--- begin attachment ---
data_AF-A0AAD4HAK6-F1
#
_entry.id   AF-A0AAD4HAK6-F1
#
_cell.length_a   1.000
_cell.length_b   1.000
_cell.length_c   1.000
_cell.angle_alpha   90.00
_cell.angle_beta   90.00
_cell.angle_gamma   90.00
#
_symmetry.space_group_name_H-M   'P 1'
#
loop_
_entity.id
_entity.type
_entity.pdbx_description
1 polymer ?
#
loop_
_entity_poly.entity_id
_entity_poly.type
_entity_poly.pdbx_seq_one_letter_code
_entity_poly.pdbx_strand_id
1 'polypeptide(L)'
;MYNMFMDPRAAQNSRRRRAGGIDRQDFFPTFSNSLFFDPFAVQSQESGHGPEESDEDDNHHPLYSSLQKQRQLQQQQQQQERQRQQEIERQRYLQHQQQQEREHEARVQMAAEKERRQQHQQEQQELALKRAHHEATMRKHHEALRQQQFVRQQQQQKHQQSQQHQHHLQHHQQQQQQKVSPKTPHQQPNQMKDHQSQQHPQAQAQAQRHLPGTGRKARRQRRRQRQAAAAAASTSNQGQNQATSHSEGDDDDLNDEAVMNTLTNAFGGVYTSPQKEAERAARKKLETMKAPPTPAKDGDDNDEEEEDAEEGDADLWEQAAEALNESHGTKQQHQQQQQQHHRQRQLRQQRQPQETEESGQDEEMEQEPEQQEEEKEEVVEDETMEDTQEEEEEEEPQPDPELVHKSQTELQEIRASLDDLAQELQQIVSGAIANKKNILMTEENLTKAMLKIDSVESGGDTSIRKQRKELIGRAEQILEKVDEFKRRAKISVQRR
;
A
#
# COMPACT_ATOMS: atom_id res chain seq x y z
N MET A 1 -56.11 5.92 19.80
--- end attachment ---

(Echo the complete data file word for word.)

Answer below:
data_AF-A0AAD4HAK6-F1
#
_entry.id   AF-A0AAD4HAK6-F1
#
_cell.length_a   1.000
_cell.length_b   1.000
_cell.length_c   1.000
_cell.angle_alpha   90.00
_cell.angle_beta   90.00
_cell.angle_gamma   90.00
#
_symmetry.space_group_name_H-M   'P 1'
#
loop_
_entity.id
_entity.type
_entity.pdbx_description
1 polymer ?
#
loop_
_entity_poly.entity_id
_entity_poly.type
_entity_poly.pdbx_seq_one_letter_code
_entity_poly.pdbx_strand_id
1 'polypeptide(L)'
;MYNMFMDPRAAQNSRRRRAGGIDRQDFFPTFSNSLFFDPFAVQSQESGHGPEESDEDDNHHPLYSSLQKQRQLQQQQQQQERQRQQEIERQRYLQHQQQQEREHEARVQMAAEKERRQQHQQEQQELALKRAHHEATMRKHHEALRQQQFVRQQQQQKHQQSQQHQHHLQHHQQQQQQKVSPKTPHQQPNQMKDHQSQQHPQAQAQAQRHLPGTGRKARRQRRRQRQAAAAAASTSNQGQNQATSHSEGDDDDLNDEAVMNTLTNAFGGVYTSPQKEAERAARKKLETMKAPPTPAKDGDDNDEEEEDAEEGDADLWEQAAEALNESHGTKQQHQQQQQQHHRQRQLRQQRQPQETEESGQDEEMEQEPEQQEEEKEEVVEDETMEDTQEEEEEEEPQPDPELVHKSQTELQEIRASLDDLAQELQQIVSGAIANKKNILMTEENLTKAMLKIDSVESGGDTSIRKQRKELIGRAEQILEKVDEFKRRAKISVQRR
;
A
#
# COMPACT_ATOMS: atom_id res chain seq x y z
N MET A 1 -56.11 5.92 19.80